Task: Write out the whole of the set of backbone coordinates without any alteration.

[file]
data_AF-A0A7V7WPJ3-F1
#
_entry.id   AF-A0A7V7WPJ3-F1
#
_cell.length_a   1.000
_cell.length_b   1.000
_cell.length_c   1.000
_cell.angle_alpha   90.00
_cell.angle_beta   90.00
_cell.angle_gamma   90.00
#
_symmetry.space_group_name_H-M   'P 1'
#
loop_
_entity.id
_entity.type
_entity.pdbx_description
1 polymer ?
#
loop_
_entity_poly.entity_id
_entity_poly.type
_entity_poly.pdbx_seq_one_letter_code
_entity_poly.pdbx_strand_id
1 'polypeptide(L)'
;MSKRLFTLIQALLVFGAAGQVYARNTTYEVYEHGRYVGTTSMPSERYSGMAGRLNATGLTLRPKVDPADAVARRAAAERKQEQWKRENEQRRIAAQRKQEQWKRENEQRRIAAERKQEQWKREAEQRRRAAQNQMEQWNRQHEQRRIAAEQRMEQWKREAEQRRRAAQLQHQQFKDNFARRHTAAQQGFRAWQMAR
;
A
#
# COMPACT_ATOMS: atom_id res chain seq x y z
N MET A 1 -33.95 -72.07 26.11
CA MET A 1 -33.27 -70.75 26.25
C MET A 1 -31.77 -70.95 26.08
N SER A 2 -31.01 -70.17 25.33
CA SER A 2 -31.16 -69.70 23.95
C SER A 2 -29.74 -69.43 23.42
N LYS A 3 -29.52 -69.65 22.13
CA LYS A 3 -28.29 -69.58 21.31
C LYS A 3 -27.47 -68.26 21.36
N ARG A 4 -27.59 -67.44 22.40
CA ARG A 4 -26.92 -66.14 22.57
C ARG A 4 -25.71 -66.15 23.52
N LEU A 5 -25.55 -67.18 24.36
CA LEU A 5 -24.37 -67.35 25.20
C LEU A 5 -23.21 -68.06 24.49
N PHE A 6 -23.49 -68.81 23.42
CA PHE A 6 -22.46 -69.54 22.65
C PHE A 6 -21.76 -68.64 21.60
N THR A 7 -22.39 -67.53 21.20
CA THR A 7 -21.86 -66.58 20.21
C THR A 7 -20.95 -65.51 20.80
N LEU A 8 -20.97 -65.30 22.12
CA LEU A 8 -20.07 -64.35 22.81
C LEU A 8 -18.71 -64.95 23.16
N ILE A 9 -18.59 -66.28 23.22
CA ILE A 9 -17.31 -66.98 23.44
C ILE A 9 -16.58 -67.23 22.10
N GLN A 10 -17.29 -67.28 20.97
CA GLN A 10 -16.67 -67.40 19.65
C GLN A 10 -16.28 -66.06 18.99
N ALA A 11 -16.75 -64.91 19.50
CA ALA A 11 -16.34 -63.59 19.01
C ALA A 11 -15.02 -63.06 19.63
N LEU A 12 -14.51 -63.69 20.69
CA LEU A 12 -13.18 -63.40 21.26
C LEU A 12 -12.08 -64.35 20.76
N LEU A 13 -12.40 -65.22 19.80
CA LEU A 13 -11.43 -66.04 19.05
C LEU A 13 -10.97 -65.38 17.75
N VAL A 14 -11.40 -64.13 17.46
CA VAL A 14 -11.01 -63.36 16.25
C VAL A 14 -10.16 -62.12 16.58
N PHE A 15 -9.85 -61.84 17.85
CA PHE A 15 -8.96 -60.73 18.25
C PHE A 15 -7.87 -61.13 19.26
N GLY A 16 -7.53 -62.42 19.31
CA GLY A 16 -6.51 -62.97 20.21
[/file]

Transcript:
data_AF-A0A7V7WPJ3-F1
#
_entry.id   AF-A0A7V7WPJ3-F1
#
_cell.length_a   1.000
_cell.length_b   1.000
_cell.length_c   1.000
_cell.angle_alpha   90.00
_cell.angle_beta   90.00
_cell.angle_gamma   90.00
#
_symmetry.space_group_name_H-M   'P 1'
#
loop_
_entity.id
_entity.type
_entity.pdbx_description
1 polymer ?
#
loop_
_entity_poly.entity_id
_entity_poly.type
_entity_poly.pdbx_seq_one_letter_code
_entity_poly.pdbx_strand_id
1 'polypeptide(L)'
;MSKRLFTLIQALLVFGAAGQVYARNTTYEVYEHGRYVGTTSMPSERYSGMAGRLNATGLTLRPKVDPADAVARRAAAERKQEQWKRENEQRRIAAQRKQEQWKRENEQRRIAAERKQEQWKREAEQRRRAAQNQMEQWNRQHEQRRIAAEQRMEQWKREAEQRRRAAQLQHQQFKDNFARRHTAAQQGFRAWQMAR
;
A
#
# COMPACT_ATOMS: atom_id res chain seq x y z
N MET A 1 -33.95 -72.07 26.11
CA MET A 1 -33.27 -70.75 26.25
C MET A 1 -31.77 -70.95 26.08
N SER A 2 -31.01 -70.17 25.33
CA SER A 2 -31.16 -69.70 23.95
C SER A 2 -29.74 -69.43 23.42
N LYS A 3 -29.52 -69.65 22.13
CA LYS A 3 -28.29 -69.58 21.31
C LYS A 3 -27.47 -68.26 21.36
N ARG A 4 -27.59 -67.44 22.40
CA ARG A 4 -26.92 -66.14 22.57
C ARG A 4 -25.71 -66.15 23.52
N LEU A 5 -25.55 -67.18 24.36
CA LEU A 5 -24.37 -67.35 25.20
C LEU A 5 -23.21 -68.06 24.49
N PHE A 6 -23.49 -68.81 23.42
CA PHE A 6 -22.46 -69.54 22.65
C PHE A 6 -21.76 -68.64 21.60
N THR A 7 -22.39 -67.53 21.20
CA THR A 7 -21.86 -66.58 20.21
C THR A 7 -20.95 -65.51 20.80
N LEU A 8 -20.97 -65.30 22.12
CA LEU A 8 -20.07 -64.35 22.81
C LEU A 8 -18.71 -64.95 23.16
N ILE A 9 -18.59 -66.28 23.22
CA ILE A 9 -17.31 -66.98 23.44
C ILE A 9 -16.58 -67.23 22.10
N GLN A 10 -17.29 -67.28 20.97
CA GLN A 10 -16.67 -67.40 19.65
C GLN A 10 -16.28 -66.06 18.99
N ALA A 11 -16.75 -64.91 19.50
CA ALA A 11 -16.34 -63.59 19.01
C ALA A 11 -15.02 -63.06 19.63
N LEU A 12 -14.51 -63.69 20.69
CA LEU A 12 -13.18 -63.40 21.26
C LEU A 12 -12.08 -64.35 20.76
N LEU A 13 -12.40 -65.22 19.80
CA LEU A 13 -11.43 -66.04 19.05
C LEU A 13 -10.97 -65.38 17.75
N VAL A 14 -11.40 -64.13 17.46
CA VAL A 14 -11.01 -63.36 16.25
C VAL A 14 -10.16 -62.12 16.58
N PHE A 15 -9.85 -61.84 17.85
CA PHE A 15 -8.96 -60.73 18.25
C PHE A 15 -7.87 -61.13 19.26
N GLY A 16 -7.53 -62.42 19.31
CA GLY A 16 -6.51 -62.97 20.21